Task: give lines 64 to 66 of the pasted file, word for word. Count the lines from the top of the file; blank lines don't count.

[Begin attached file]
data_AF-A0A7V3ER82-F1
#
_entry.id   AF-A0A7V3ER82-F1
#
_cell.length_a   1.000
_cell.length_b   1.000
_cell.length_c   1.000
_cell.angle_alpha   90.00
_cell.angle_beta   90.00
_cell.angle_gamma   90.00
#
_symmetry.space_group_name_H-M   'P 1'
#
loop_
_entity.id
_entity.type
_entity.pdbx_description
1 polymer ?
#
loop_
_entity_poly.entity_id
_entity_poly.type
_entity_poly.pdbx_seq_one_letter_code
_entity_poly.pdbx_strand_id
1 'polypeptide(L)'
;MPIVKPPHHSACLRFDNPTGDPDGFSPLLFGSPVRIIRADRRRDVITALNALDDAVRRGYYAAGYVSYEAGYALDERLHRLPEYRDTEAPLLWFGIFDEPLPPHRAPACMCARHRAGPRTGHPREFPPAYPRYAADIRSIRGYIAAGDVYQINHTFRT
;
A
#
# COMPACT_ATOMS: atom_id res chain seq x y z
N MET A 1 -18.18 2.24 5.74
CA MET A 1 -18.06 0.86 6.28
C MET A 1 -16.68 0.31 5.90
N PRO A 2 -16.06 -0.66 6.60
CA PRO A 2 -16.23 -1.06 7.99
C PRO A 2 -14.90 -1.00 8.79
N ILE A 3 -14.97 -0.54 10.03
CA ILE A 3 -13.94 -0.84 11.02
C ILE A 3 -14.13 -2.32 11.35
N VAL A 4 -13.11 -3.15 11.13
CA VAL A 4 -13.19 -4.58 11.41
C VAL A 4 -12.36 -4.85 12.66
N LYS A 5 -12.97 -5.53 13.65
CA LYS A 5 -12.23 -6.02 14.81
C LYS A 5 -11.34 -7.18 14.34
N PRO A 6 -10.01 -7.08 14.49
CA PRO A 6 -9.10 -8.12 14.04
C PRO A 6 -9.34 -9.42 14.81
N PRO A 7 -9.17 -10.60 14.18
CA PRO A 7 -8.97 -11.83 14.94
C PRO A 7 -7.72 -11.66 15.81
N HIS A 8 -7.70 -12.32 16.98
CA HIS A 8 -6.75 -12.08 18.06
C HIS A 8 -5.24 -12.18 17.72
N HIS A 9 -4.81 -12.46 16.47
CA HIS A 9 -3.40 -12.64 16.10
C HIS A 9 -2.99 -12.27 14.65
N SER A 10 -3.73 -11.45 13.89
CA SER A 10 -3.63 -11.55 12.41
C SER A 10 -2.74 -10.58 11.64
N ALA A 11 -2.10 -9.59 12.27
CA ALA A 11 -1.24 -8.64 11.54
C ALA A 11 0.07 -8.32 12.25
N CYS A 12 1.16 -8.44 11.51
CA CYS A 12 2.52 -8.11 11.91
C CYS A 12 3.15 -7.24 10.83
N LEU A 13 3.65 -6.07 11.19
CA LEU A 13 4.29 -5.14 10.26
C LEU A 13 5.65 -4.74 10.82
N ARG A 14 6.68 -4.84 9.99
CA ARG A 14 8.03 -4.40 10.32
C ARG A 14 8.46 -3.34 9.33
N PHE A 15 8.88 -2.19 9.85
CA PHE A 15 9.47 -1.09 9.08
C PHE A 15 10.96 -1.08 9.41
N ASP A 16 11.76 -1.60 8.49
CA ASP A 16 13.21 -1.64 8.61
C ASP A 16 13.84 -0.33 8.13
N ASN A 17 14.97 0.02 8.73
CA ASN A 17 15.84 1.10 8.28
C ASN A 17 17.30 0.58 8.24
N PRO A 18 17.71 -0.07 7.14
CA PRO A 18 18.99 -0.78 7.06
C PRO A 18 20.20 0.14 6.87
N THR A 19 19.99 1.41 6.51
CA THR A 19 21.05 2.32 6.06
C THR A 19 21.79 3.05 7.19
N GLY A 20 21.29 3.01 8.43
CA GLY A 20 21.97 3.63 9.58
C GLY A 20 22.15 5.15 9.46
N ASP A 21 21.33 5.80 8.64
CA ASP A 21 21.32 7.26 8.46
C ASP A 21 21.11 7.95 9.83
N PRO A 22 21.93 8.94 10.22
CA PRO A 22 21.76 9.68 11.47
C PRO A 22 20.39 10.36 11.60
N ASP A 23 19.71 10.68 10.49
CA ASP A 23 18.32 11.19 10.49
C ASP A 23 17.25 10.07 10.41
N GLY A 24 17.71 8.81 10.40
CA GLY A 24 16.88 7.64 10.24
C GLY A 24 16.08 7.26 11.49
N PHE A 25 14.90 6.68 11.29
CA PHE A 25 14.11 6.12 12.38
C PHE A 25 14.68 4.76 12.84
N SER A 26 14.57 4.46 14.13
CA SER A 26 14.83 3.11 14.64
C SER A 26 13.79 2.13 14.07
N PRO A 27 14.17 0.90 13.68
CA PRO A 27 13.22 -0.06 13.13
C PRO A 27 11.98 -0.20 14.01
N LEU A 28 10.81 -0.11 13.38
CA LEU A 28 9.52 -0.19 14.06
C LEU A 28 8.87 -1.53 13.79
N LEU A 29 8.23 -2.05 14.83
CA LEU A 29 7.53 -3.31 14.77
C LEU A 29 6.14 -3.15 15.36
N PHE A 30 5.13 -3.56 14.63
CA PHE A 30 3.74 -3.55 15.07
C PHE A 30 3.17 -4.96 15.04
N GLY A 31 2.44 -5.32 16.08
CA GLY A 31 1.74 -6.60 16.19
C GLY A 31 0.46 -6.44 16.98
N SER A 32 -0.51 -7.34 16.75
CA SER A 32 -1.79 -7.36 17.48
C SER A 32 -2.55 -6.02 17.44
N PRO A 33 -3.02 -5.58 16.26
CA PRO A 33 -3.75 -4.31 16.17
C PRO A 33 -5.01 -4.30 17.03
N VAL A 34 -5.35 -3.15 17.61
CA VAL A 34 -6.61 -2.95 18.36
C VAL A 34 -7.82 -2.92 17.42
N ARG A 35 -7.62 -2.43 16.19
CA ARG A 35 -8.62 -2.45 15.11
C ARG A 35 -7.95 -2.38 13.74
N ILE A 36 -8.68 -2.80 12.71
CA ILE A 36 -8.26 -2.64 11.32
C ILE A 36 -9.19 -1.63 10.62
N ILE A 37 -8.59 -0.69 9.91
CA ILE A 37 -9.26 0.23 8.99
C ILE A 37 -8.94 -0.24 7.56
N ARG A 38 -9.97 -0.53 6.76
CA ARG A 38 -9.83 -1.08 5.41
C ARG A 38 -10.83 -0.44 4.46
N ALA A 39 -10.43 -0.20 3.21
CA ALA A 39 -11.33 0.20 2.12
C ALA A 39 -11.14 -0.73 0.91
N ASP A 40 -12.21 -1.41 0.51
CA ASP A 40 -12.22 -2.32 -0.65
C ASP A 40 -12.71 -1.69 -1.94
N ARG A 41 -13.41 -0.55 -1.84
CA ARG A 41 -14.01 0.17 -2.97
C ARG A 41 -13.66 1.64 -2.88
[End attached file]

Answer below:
N CYS A 12 1.16 -8.44 11.51
CA CYS A 12 2.52 -8.11 11.91
C CYS A 12 3.15 -7.24 10.83